You’ve just graduated with a bunch of A-Levels in tow. You’ve ripped off your uniform, ceremoniously burned it and flicked school the V as you drive away one last time in your Peugeot 106 with the windows down and your music blaring. You’re free! Free to start thinking about the whole year of your life ahead of you, which, for the first time ever is not predetermined for you. It’s yours for the taking. Use it wisely and this will most definitely be the best year of your existence so far.
What you need now is one hell of an adventure. My suggestion for the starting point? New Zealand. It offers both a 23 month working holiday visa and six month tourist visas, it’s a compact and diverse country of incredible landscapes and adrenalin thrills, and it’s all easily explored.
I was a baby-faced 18 year old when I waved goodbye to my parents at Heathrow Airport and trundled off on my first trip around the world: New Zealand-bound to explore the North and South island in a little bubble car with my best friend Hannah. It quickly became one of my favourite places on earth. Here are my top recommendations of what to do in New Zealand on your gap year:
1. ROAD TRIP
GET YOURSELF A CAR
Head straight to Jucy Rentals. From camper van to (extremely cheap) bubble-mobile like Hannah and I had, these guys are well versed in supplying cars to gap-years. New Zealanders also drive on the left so if you’re from the UK you’re winning. However, the car indicators are on the opposite side to the windscreen wipers from Uk cars, so if you see someone veering off the road with the wipers blazing back and forth… they’re probably British. Anyway, you’ll need your driver’s licence with you. The roads are great, mainly flat and straight, but take the mountain passes easy – you have all the time in the world.
HOP ON, HOP OFF KIWI EXPERIENCE
Kiwi Experience’s big green buses have a legendary status amongst backpackers from around the globe and this year the company is celebrating 25 years in the business. It’s a little more restrictive than driving yourself, but the Kiwi Experience is a great option if you’re travelling solo. The route options are pretty comprehensive with 34 passes to choose from. New this year, Lake Tekapo has been added as an overnight stop so passengers can make the most of the world’s largest dark sky.
2. SLEEP IN AWESOME PLACES
CAMPERFLEX WITH STA TRAVEL
Getting a campervan is a cool way to see New Zealand without needing to pay for accommodation every night. On the other hand, you meet people at the hostels, so I’d definitely make a few overnight stops along the way, especially at the Base hostels around New Zealand, which are awesome. STA Travel have a new exclusive Camperflex pass where you can choose from one of five different ‘Mighty Campervans’ including the new Funky Jackpot van on a 30, 40 or 50 day pass.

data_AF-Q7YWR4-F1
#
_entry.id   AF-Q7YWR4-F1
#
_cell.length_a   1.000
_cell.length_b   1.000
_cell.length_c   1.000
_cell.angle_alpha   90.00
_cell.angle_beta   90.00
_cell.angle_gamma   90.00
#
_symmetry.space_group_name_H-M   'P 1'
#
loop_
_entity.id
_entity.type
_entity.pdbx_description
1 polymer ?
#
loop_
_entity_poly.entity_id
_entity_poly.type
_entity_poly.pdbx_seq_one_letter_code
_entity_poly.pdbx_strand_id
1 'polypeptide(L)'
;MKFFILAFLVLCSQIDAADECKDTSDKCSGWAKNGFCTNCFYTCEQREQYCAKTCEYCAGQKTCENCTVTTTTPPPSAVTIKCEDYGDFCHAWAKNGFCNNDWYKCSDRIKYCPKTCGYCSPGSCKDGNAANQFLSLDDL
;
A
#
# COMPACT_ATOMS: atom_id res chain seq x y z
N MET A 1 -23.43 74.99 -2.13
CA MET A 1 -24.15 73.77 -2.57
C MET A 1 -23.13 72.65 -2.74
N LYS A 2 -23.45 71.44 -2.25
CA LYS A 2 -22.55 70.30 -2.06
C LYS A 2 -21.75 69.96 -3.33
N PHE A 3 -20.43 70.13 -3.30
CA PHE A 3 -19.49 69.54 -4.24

TRY WILD CAMPING
For the true nature lovers, The Department of Conservation (DOC) has launched a new weekly campsite pass from £11 per person. This pass is valid for up to a year and gives the flexibility to pay once and stay up to seven nights at 100 different DOC campsites around New Zealand, from the Kapowairua Spirits Bay campsite in Kaitaia to the Kumeti campsite in Hawke’s Bay. Stand out spots include Uretiti in the Whangarei area in the North Island, where you can camp behind sand dunes at Uretiti Beach and explore the nearby Waipu caves.
3. GET ADVENTUROUS
PEDAL YOUR WAY TO A PINT
New Zealand’s wine rightly garners international attention but less well known is its burgeoning craft beer scene. Nelson is establishing itself as somewhat of a Mecca for hop lovers. Gentle Cycling offers guided cycling tours, giving beer lovers the chance to combine eating local produce with a bike tour of craft breweries such as Bays Brewery and Lighthouse Brewery and to taste the likes of Bays Devon Stout, Rhino Ale and Windfall Cider. The beer doesn’t stop flowing in the North Island head to Wellington’s the Garage Project, brewing 24 different beers in 24 days including the famous Cockswain’s Courage brew. For more information on the New Zealand Cycle Trail visit www.nzcycletrail.com.
ZURFING TO ZIPLINING AND SKYDIVING
Zorbing (the Kiwi invention of rolling down a slope in an inflatable hamster ball-like-contraption) was massive when I visited NZ all those years ago. Now however, it’s all about zurfing, the ultimate on-land surfboard-like experience and the latest craze to hit Rotorua. Using a water-filled Zydro zorb, participants use a specially developed body board to surf their way down the slopes and replicate the sensation of surfing. There’s also the Zoom Zipline, a high-speed twin zipline that descends 383 metres down the side of Mount Ngongotaha. Still up for more? Canopy Tours recently launched Creatures of the Night; a guided ziplining tour through the forest where it is not uncommon to see a range of insects unique to New Zealand including Weta, Morepork and glow worms. Oh, and then there’s the must-do skydive from 15,000 feet. You’ll want to head to Taupo for this. I do look forward to seeing your pictures.
SOME OTHER NEW ZEALAND TOP SPOTS TO VISIT:
- Fergberger in Queenstown for best burgers in the world. Don’t forget to pick up a t-shirt.
- The Franz Josef Glacier where you can go ice climbing – or indeed have a helicopter drop you on a glacier should your budget stretch that far
- Lake Wanaka for spectacular views of the mountains reflected in the still waters
- The Tongariro Crossing: described by some as the best day’s walk in the world, scale a volcano and pass bubbling lakes on this spectacular hike